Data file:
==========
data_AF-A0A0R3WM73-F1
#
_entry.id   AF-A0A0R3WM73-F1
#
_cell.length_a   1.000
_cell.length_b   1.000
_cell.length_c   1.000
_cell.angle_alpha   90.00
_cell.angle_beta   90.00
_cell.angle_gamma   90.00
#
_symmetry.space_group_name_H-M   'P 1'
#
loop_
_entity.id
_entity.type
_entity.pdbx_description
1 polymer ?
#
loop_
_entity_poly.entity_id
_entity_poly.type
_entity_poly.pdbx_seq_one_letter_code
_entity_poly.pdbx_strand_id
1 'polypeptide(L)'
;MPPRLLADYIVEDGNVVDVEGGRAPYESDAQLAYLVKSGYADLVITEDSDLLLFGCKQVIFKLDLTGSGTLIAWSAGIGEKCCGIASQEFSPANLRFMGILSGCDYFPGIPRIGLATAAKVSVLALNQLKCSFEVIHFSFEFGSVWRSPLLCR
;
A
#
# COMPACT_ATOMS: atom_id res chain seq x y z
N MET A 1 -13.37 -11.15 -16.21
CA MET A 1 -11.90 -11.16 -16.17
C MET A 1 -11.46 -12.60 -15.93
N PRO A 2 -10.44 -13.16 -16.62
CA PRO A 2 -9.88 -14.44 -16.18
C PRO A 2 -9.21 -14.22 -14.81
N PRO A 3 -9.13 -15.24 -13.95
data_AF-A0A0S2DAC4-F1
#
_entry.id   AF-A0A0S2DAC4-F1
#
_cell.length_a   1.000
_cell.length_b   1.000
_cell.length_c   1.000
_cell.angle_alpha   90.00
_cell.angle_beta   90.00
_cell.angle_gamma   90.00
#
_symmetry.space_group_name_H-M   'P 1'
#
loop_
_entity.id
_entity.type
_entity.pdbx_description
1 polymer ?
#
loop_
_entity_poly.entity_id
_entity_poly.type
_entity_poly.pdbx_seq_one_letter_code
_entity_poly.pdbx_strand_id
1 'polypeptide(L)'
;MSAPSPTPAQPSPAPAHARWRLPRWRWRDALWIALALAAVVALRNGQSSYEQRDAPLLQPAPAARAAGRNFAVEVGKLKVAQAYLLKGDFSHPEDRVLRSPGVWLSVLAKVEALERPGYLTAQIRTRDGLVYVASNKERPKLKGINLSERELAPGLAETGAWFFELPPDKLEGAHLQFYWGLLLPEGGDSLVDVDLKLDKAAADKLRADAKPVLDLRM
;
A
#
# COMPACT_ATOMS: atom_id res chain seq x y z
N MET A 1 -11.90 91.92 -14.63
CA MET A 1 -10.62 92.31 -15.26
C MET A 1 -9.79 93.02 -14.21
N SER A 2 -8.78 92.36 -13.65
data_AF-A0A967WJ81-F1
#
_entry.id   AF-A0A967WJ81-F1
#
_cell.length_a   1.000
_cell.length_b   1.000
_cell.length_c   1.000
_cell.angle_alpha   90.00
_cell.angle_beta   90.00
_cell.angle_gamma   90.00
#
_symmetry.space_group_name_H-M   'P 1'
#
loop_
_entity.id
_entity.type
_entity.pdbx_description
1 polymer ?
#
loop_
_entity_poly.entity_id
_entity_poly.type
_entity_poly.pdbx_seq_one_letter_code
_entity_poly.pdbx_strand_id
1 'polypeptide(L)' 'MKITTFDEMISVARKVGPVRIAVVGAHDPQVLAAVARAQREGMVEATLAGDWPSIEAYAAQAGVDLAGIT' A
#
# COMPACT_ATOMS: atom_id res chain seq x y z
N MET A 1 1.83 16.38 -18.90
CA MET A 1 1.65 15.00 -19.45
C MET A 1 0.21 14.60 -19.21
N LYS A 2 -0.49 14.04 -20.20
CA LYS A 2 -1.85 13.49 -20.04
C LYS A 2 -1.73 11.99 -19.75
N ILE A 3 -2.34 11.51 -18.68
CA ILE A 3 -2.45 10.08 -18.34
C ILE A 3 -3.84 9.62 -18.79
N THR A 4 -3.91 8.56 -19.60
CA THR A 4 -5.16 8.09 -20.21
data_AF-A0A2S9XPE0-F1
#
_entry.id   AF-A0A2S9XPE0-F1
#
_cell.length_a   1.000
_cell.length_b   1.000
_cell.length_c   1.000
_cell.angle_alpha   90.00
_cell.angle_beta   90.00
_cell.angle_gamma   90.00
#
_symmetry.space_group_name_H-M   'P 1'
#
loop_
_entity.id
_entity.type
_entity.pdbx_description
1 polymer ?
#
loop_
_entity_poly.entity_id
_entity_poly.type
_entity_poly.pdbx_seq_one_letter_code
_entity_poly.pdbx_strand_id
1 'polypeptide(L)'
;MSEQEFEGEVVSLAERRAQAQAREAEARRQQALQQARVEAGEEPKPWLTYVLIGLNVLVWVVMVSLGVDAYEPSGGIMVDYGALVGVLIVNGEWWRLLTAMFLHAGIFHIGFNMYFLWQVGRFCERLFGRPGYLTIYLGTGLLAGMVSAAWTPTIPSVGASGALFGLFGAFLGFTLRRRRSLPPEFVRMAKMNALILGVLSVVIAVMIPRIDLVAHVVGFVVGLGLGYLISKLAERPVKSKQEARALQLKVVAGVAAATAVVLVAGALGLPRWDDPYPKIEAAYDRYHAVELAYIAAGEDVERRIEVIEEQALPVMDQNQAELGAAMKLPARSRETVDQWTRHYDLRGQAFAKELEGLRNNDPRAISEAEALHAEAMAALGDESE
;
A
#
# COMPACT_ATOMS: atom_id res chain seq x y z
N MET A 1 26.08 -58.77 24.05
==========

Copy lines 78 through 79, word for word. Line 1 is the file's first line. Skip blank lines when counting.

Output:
_cell.length_c   1.000
_cell.angle_alpha   90.00